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Unformatted text preview: Math 116 Problem Set 2 October 10, 2007 (Thanks to Ameya Velingker for his writeup.) 1. (a) This modi cation does not make our system a vector space. Notice that Observe that if the distributive law were to hold, we would have θ = 0 S = (1 + ( 1)) S = 1 · S + ( 1) · S = S + S = S , a contradiction. (b) Recall from lecture that for each x ∈ X , ∃ x such that x +( x ) = θ . Therefore, given z + z = z , we can add z to both sides: z + z + ( z ) = z + z z + ( z + ( z )) = θ z + θ = θ z = θ. Thus, z = θ is the unique solution. 2. Notice that θ = (( 1) + 1)( a + b ) = ( a + b ) + ( a + b ) = a b + a + b so a + θ = b + a + b , and a + θ = a , so we have a = b + a + b , which implies b + a = a + b , as desired. (Notice that by using 0 = ( 1) + 1 instead of 0 = 1 + ( 1) , we avoid the trouble of proving that θ is a left identity.) 3. We shall establish by induction on k , that any linear combination of the form α 1 x j 1 + α 2 x j 2 + ··· + α k x j k , with α i ≥ , ∑ k i =1 α k = 1 and is in co ( S ) . For the base case, k = 1 , the result is obvious, since x 1 ∈ co ( S ) . Now, suppose the result is true for k = m (where m < n ) and we wish to prove the result for k = m +1 . Assume we are given α 1 ,α 2 ,...,α m +1 with α i ≥ , ∑ m +1 i =1 α i = 1 . Without loss of generality, assume that α 1 6 = 0 (otherwise, at least one of the α i is nonzero, and we can reorder the α i so that α 1 = 0 ). Then, α 1 x j 1 + α 2 x j 2 + ··· + α m +1 x j m +1 = α 1 x 1 + m +1 X i =2 α i ! α 2 ∑ m +1 i =2 α i x j 2 + ··· + α m +1 ∑ m +1 i =2 α i x j m +1 ! . Because α 2 P m +1 i =2 α i + ··· + α m +1 P m +1 i =2 α i = 1 , we have that P = α 2 P m +1 i =2 α i x j 2 + ··· + α m +1 P m +1 i =2 α i x j m +1 ∈ co ( S ) (by the induction hypothesis). But, note that α 1 x j 1 + α 2 x j 2 + ··· + α m +1 x j m +1 = α 1 x j 1 +( α 2 + ··· + α m +1 ) P , i.e. it is on the straight line between x j 1 and P , two points already established to be in co ( S ) . Therefore, α 1 x j 1 + α 2 x j 2 + ··· + α m +1 x j m +1 ∈ co ( S ) , as desired. Thus, we have shown that K ⊆ co ( S ) . To show that K = co ( S ) , it su ces to show that K is convex. Thus, suppose we are given two points α 1 x 1 + ··· + α n x n and β 1 x 1 + ··· + β n x n in K (with α i ,β i ≥ and ∑ n i =1 α i = ∑ n i =1 β i = 1 ). Then, consider any point on the line segment connecting these two points. Such a point must be of the form Q = c ( α 1 x 1 + ··· + α n x n ) + d ( β 1 x 1 + ··· + β n x n ) , 1 where c,d ≥ and c + d = 1 . But the above point can be reexpressed as ( cα 1 + dβ 1 ) x 1 + ··· + ( cα n + dβ n ) x n , and note that ∑ n i =1 ( cα i + dβ i ) = c ∑ n i =1 α i + d ∑ n i =1 β i = c + d = 1 . Therefore, clearly, Q ∈ K ....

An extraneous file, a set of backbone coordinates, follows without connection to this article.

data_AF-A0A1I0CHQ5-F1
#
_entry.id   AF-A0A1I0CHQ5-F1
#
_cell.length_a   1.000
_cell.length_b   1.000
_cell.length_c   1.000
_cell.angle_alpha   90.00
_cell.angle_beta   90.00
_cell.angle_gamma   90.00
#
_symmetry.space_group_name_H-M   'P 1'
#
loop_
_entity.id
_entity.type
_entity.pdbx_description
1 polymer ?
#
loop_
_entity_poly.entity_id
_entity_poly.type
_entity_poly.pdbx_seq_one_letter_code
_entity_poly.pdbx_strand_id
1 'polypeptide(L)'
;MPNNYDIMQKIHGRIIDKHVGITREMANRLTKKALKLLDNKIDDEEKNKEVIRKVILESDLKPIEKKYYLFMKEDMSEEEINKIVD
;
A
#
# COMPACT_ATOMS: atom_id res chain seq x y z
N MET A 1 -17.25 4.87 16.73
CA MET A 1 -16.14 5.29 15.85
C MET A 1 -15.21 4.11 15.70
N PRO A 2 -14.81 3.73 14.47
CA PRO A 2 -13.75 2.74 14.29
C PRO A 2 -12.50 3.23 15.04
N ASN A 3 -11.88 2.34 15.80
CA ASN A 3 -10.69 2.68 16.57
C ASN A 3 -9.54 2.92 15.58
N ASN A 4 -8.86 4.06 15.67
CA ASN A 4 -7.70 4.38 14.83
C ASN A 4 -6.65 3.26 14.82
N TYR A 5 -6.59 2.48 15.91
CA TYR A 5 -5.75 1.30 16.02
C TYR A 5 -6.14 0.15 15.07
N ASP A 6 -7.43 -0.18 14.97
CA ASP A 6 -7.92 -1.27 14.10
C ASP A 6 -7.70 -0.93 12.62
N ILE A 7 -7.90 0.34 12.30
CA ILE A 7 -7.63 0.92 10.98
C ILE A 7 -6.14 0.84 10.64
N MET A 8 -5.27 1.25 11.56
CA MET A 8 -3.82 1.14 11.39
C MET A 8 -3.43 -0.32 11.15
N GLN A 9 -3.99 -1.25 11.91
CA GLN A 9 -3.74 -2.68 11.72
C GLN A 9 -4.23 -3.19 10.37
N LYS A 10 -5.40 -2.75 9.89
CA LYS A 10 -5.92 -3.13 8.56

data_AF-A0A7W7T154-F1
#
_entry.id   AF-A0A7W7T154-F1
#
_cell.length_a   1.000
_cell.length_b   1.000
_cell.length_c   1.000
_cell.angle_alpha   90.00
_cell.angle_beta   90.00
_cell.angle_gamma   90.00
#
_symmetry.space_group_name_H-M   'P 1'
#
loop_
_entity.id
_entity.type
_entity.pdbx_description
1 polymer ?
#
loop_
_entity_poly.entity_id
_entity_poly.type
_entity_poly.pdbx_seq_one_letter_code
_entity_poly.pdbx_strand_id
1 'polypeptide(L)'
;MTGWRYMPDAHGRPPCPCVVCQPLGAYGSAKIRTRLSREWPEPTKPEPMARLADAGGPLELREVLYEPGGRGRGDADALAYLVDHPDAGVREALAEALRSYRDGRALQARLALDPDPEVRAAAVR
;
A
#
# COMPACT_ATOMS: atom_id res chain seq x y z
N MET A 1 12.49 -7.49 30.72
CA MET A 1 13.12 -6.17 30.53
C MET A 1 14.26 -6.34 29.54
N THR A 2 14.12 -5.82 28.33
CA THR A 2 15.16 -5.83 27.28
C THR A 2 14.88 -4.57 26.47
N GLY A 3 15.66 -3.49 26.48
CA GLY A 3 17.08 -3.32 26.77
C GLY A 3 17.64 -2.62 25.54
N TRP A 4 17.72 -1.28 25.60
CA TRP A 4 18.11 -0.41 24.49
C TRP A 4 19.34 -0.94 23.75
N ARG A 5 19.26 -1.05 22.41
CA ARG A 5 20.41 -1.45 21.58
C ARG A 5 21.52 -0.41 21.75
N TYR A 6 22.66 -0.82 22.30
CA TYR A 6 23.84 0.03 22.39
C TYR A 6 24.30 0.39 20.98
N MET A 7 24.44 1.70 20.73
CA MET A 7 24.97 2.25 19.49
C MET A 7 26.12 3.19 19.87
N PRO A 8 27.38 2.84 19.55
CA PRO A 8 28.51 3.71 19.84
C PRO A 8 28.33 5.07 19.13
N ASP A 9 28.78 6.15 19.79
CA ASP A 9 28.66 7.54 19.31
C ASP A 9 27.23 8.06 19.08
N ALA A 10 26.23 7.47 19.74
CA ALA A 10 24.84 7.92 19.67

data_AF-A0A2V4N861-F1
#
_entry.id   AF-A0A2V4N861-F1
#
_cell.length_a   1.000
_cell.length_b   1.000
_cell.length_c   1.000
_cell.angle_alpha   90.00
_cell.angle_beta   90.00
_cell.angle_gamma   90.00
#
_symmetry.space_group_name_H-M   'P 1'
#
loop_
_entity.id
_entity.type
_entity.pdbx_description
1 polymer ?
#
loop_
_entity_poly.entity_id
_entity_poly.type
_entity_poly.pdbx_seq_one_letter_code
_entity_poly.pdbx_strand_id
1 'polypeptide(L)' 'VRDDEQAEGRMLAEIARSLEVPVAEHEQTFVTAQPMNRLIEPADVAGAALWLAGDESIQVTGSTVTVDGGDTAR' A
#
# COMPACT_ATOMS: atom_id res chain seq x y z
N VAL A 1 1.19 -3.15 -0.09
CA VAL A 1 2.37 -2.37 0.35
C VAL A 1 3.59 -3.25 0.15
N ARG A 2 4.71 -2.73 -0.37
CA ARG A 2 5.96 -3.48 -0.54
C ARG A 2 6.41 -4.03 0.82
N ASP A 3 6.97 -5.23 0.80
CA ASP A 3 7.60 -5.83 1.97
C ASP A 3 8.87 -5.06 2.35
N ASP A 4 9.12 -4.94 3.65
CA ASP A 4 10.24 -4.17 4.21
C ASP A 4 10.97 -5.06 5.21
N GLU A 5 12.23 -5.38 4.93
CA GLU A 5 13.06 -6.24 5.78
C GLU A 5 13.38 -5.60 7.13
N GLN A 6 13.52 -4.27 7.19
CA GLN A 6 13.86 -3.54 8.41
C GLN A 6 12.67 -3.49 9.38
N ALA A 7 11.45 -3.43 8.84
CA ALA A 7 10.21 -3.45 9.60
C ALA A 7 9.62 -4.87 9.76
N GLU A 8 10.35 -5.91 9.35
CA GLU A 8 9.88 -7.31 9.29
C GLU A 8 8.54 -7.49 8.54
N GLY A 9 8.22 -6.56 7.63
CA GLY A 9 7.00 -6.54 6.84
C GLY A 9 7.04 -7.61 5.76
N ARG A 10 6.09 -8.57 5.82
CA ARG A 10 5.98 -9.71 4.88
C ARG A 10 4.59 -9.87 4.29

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 Fall '09
 Linear Algebra, Vector Space, WI, Linear combination

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